Religious fundamentalism – defined here as the belief that sacred scripture contains the literal word of God as it was originally recorded — is not in and of itself problematic. When read fully, sacred scripture of all three Abrahamic faiths extol peaceful behavior. In the case of the Qur’an, jihad is essentially a spiritual struggle for the eternal soul and justifiable as a physical war only in self-defense.

Fundamentalism becomes a serious problem however when scripture deemed literal is read selectively. A small but significant population of Muslim fundamentalists select passages from the Qur’an that support what they believe to be true, ignore the passages that don’t, and use the concept of God as absolutely transcendent to fend off any who might question their selective interpretation of God’s perfect word.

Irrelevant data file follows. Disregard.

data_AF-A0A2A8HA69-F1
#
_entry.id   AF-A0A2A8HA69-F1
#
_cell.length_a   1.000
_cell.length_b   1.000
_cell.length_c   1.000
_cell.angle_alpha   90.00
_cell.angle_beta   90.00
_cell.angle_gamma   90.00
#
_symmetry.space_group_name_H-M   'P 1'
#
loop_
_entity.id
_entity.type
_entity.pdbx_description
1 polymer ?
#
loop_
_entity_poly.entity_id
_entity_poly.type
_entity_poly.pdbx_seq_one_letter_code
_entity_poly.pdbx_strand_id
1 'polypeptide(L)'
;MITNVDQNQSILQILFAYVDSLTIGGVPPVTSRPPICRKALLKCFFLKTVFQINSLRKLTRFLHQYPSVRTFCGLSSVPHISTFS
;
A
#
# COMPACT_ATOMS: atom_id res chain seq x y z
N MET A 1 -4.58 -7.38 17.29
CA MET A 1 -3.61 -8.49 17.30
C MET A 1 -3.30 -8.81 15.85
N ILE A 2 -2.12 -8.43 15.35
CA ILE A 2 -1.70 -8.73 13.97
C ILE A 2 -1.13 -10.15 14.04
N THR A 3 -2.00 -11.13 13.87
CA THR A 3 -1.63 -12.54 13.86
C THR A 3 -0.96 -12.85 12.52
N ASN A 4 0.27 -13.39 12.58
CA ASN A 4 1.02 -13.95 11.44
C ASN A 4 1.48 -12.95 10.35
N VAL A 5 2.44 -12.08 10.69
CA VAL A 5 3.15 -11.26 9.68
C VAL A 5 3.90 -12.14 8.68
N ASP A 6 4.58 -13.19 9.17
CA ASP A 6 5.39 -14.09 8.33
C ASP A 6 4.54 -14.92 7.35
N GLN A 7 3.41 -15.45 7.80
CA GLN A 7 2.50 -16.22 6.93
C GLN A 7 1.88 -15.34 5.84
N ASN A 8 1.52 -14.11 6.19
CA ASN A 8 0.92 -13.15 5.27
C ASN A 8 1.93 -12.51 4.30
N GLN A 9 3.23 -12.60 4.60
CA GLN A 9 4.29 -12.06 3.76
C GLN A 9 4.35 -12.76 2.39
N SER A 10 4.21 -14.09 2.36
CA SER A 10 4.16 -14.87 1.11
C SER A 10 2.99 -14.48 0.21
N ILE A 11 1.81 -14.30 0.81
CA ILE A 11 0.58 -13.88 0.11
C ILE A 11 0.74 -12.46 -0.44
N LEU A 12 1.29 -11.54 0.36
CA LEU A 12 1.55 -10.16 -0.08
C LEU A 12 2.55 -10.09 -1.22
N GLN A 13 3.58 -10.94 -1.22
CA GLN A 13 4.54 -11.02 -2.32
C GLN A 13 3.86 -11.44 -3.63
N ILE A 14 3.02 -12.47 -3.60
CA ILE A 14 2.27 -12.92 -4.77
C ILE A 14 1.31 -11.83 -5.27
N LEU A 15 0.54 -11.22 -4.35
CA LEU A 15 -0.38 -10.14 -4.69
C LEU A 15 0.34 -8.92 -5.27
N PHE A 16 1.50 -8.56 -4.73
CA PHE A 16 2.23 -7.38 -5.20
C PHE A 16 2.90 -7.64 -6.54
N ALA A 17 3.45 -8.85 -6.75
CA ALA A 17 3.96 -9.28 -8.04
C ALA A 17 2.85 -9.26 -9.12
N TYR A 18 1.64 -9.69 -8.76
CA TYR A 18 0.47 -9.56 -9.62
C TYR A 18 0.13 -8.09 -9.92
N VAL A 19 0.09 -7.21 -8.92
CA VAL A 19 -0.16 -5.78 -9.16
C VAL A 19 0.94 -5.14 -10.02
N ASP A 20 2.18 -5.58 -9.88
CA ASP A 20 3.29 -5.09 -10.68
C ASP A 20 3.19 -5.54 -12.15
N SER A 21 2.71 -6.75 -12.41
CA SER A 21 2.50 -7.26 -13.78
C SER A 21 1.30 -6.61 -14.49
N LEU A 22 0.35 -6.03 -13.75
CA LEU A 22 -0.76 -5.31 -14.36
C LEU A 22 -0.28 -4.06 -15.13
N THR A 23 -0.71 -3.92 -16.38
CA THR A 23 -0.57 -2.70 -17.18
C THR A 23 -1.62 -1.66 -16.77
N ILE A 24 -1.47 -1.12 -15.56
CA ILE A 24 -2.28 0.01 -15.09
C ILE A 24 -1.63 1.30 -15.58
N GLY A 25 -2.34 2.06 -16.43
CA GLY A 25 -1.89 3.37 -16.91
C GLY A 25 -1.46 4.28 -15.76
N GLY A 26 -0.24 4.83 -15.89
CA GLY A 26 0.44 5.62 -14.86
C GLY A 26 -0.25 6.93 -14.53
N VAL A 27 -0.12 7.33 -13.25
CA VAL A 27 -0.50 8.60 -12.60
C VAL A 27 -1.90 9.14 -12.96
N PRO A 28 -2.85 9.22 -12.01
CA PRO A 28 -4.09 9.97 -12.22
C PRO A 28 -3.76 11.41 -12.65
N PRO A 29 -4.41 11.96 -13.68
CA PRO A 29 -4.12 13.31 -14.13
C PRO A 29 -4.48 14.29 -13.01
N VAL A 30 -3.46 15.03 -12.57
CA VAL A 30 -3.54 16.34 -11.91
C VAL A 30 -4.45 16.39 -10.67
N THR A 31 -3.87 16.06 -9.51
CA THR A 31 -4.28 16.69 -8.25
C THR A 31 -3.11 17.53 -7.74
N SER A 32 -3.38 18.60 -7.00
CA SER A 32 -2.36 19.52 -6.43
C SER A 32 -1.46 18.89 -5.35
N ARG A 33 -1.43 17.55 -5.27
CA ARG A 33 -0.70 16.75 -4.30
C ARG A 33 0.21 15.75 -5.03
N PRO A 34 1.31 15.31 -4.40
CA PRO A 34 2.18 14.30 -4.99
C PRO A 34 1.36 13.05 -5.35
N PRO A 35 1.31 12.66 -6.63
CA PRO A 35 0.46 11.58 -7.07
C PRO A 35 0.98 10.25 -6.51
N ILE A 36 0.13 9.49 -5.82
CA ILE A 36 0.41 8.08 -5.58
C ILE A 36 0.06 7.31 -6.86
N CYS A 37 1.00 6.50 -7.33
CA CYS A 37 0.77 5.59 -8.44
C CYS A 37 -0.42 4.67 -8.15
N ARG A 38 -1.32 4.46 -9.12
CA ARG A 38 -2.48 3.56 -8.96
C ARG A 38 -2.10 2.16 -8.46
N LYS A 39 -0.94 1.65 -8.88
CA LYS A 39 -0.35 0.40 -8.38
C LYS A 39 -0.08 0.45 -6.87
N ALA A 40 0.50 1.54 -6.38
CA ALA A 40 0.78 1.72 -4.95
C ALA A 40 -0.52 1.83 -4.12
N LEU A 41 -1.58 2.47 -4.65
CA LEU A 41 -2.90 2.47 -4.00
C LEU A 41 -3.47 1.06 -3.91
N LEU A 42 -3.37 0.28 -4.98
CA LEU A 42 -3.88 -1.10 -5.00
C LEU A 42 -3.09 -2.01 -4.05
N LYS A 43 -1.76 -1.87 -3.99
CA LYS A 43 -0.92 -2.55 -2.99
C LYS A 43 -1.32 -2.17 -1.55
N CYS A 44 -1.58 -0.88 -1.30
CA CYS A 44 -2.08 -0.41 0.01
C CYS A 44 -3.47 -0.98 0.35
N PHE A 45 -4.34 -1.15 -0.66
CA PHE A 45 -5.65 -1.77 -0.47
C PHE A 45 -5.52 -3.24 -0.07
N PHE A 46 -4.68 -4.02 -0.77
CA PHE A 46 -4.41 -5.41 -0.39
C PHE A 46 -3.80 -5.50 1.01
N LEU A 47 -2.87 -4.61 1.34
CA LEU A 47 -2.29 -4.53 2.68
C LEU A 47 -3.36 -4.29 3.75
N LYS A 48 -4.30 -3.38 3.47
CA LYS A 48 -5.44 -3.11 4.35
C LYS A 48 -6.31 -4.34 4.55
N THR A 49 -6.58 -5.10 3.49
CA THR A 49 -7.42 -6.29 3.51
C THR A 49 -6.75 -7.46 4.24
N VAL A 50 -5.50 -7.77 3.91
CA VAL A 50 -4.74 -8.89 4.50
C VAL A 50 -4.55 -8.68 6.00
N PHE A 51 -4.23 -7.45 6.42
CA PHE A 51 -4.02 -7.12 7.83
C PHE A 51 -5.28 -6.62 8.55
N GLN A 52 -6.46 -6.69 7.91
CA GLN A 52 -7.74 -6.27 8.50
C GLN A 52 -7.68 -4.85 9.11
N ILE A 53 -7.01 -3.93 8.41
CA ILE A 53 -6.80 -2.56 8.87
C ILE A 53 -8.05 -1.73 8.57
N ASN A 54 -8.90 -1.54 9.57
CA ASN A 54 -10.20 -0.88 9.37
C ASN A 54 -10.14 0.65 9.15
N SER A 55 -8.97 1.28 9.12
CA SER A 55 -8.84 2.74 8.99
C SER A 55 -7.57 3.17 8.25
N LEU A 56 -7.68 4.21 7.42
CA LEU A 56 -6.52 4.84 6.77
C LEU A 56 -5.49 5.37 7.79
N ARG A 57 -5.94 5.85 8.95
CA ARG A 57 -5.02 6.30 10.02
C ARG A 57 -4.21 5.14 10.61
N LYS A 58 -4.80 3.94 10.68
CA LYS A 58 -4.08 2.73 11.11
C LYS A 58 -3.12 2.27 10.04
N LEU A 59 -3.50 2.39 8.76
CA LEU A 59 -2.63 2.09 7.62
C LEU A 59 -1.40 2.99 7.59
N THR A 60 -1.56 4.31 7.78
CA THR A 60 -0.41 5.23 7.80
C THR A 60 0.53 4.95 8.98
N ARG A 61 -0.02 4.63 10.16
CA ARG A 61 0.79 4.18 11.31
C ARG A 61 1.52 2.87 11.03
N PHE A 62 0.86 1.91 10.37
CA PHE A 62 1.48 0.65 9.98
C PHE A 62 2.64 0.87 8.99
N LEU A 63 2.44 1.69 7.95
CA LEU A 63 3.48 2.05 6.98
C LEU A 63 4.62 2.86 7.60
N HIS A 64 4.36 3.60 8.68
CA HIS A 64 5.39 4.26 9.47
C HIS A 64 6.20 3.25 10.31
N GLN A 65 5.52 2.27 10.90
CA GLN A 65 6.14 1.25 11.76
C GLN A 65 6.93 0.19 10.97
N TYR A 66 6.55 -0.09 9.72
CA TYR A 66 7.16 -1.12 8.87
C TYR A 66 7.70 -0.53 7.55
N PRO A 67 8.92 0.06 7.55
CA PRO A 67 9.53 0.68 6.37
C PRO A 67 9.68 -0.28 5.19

Especially troubling is that many of these radicals are among Islam’s learned – its clergymen, scholars, professionals and the like. The extent to which their motivations are political, religious, or some combination of the two, is unclear. What is clear is that they’ve convinced their followers [and apparently themselves] that the God of Islam is the one true God, and that violent jihad against all non-believers is God’s unquestionable will.

The issues raised by Pope Benedict at Regensburg were important ones; foremost among them was the true nature of the one God. Now is not the time to shy away from discussing differences. It should be possible to remain steadfast in defense of doctrine and still reach out to leaders of other faiths.